Posts Tagged ‘Kansas’

Kansas Governor Does a 180 – Restores Arts Funding

Tuesday, June 12th, 2012

Last year, Kansas Governor Sam Brownback stunned the national arts community by vetoing funding for the Kansas Arts Commission.  Brownback recently changed his mind and approved a state budget that includes $700,000 for a newly created Creative Arts Industries Commission.

“It’s a big win for Kansas,” said Sarah Fizell of Kansas Citizens for the Arts.  Brownback rebelled against legislators by vetoing a $689,000 appropriation for the Arts Commission, claiming that public tax dollars should not go to the arts.  The veto made Kansas the first state to defund the arts; as a result, the state sacrificed $1.3 million in federal and regional matching funds.  The veto led to a chorus of disapproval and reports that many arts initiatives, especially in rural areas, had to cut back on their activities.

Nearly 200 local arts organizations and artists lost critical support for local arts programs, operational funding and professional development.  “In difficult fiscal times such as these, the state must prioritize how to spend its limited resources and focus its attention on providing core services,” Brownback told legislators.  In the words of Robert Lynch, CEO of Washington-based lobbyist group, Americans for the Arts, “Kansas has now become a huge outlier.  It’s the only such decision made this year or in the past 50 years.”  Strong support for eliminating the Kansas Arts Commission came from the local branch of Americans for Prosperity (AFP), an anti-tax group founded by billionaire oilman David Koch, whose Koch Industries is based in Wichita.

In a June 22, 2011, blog for the Huffington Post, I wrote “Why publicly support the arts when the debt’s hitting its head against a $14 trillion ceiling and unemployment’s at nine percent?  Well, for one thing, America’s non-profit arts and culture industry generates $166.2 billion in economic activity every year, according to a 2007 study by Americans for the Arts.  This includes $63.1 billion in spending by organizations (that’s twice as much as aerospace) and an additional $103.1 billion in event-related spending by audiences.  The national impact of this activity is significant, supporting 5.7 million jobs and generating $29.6 billion in government revenue.  Overall, the for-profit and non-profit culture industry generate nearly $30 billion in revenue to local, state and federal governments every year.  By comparison, the three levels of government collectively spend less than $4 billion annually to support arts and culture — a spectacular 7:1 return on investment; try getting that in mutual funds.  Want to get America working?  The non-profit arts and culture organizations support more jobs than there are accountants, auditors, public safety officers, even lawyers and just slightly fewer jobs than the elementary school teacher sector.  Simply put, artists are workers — real jobs that generate real value to our society.”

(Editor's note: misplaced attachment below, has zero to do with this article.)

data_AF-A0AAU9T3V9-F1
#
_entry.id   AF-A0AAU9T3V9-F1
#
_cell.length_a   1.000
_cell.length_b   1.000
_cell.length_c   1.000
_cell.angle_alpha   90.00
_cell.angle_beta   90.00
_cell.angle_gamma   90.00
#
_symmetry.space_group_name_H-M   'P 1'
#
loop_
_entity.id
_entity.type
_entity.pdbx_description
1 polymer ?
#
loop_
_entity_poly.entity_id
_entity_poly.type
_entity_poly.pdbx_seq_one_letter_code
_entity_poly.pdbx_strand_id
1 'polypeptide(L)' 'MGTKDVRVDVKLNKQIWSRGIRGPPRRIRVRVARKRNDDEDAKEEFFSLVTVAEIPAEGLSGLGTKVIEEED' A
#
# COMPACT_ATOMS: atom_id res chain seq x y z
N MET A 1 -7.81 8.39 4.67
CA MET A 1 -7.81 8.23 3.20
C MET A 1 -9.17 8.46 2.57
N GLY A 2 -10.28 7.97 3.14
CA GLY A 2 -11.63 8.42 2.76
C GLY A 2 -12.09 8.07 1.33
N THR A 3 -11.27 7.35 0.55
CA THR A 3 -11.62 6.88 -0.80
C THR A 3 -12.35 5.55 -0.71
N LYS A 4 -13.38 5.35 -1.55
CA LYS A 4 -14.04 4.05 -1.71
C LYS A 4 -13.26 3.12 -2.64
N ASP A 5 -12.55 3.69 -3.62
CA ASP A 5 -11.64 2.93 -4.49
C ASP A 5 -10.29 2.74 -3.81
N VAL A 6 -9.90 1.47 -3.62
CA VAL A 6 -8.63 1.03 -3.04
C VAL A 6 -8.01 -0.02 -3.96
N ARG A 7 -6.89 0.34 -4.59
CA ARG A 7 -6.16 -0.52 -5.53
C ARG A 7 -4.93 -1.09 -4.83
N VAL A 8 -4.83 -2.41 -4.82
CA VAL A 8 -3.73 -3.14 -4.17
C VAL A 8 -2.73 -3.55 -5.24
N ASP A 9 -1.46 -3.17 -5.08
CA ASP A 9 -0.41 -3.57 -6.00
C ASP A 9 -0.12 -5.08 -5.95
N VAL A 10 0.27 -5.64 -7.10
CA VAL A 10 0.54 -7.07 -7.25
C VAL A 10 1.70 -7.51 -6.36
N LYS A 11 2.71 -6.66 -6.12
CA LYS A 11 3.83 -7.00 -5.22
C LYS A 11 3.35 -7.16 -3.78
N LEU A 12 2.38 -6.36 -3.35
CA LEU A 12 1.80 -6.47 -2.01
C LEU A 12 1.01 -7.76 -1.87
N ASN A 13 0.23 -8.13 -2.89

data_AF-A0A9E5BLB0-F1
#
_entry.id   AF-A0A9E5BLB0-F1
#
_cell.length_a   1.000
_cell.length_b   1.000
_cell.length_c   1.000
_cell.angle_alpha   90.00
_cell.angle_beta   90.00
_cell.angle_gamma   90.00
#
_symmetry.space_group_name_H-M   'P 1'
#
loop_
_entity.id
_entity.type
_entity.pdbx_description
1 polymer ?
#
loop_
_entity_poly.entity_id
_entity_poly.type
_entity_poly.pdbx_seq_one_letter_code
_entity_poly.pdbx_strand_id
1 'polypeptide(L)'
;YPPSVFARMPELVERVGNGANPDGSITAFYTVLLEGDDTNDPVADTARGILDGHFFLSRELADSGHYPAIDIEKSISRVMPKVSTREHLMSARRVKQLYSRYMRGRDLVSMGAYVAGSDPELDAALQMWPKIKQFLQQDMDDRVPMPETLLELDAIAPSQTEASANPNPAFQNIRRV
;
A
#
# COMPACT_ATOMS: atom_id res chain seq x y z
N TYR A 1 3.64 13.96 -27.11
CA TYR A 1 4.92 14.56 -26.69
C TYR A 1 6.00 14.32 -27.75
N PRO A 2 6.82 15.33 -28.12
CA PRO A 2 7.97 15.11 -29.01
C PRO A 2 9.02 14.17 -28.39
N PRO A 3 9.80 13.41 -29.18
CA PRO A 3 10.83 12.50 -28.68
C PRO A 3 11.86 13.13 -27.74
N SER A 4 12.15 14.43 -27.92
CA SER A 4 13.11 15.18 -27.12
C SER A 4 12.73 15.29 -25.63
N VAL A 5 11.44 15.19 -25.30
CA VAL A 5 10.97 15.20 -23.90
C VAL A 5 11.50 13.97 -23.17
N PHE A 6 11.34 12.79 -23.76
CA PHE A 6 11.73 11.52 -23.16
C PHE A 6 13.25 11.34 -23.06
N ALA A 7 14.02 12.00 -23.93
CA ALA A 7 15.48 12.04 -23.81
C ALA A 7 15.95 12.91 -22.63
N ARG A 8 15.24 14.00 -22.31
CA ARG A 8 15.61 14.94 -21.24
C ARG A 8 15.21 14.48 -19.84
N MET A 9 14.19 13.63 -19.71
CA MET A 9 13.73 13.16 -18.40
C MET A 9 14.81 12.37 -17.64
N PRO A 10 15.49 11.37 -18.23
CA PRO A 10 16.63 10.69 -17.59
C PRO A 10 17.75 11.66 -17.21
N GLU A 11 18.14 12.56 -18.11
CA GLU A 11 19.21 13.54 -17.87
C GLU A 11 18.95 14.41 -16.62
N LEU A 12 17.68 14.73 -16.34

One year later, Brownback appears to have changed his mind on public funding for the arts.  At the start of the 2012 legislative session, he proposed merging the unfunded Arts Commission and the Kansas Film Commission into a single entity overseen by the Kansas Department of Commerce.  Additionally, he proposed granting $200,000 from the Economic Development Initiatives Fund, which comes from gaming revenue.  Legislators raised that allocation to $700,000, which is what was ultimately approved.  Another bill created a check-off where Kansans can donate to the arts on their state income tax form.

The use of gaming revenues will count as public funds as a way to attract grants from the National Endowment for the Arts (NEA).  According to Fizell, several other states use a similar funding model.  If Kansas finalizes and submits its arts plan, it could start receiving matching funds in July, 2013.  Fizell is relieved that the battle over arts funding seems to have ended.  “It was solved in a way that was very collaborative.  I think publicly funded art is important for the state of Kansas, and this was an enormous effort by the advocates across the state who made this happen,” she said.

Follow the March Madness Money

Monday, April 4th, 2011

March Madness is so popular among American sports fans that even President Barack Obama was featured on ESPN filling out his brackets. The President, who predicted a Men’s Final Four of Duke, Kansas, Ohio State and Pittsburgh, said “One thing I wanted to make sure is that viewers who are filling out their brackets — this is a great tradition, we have fun every year doing it.”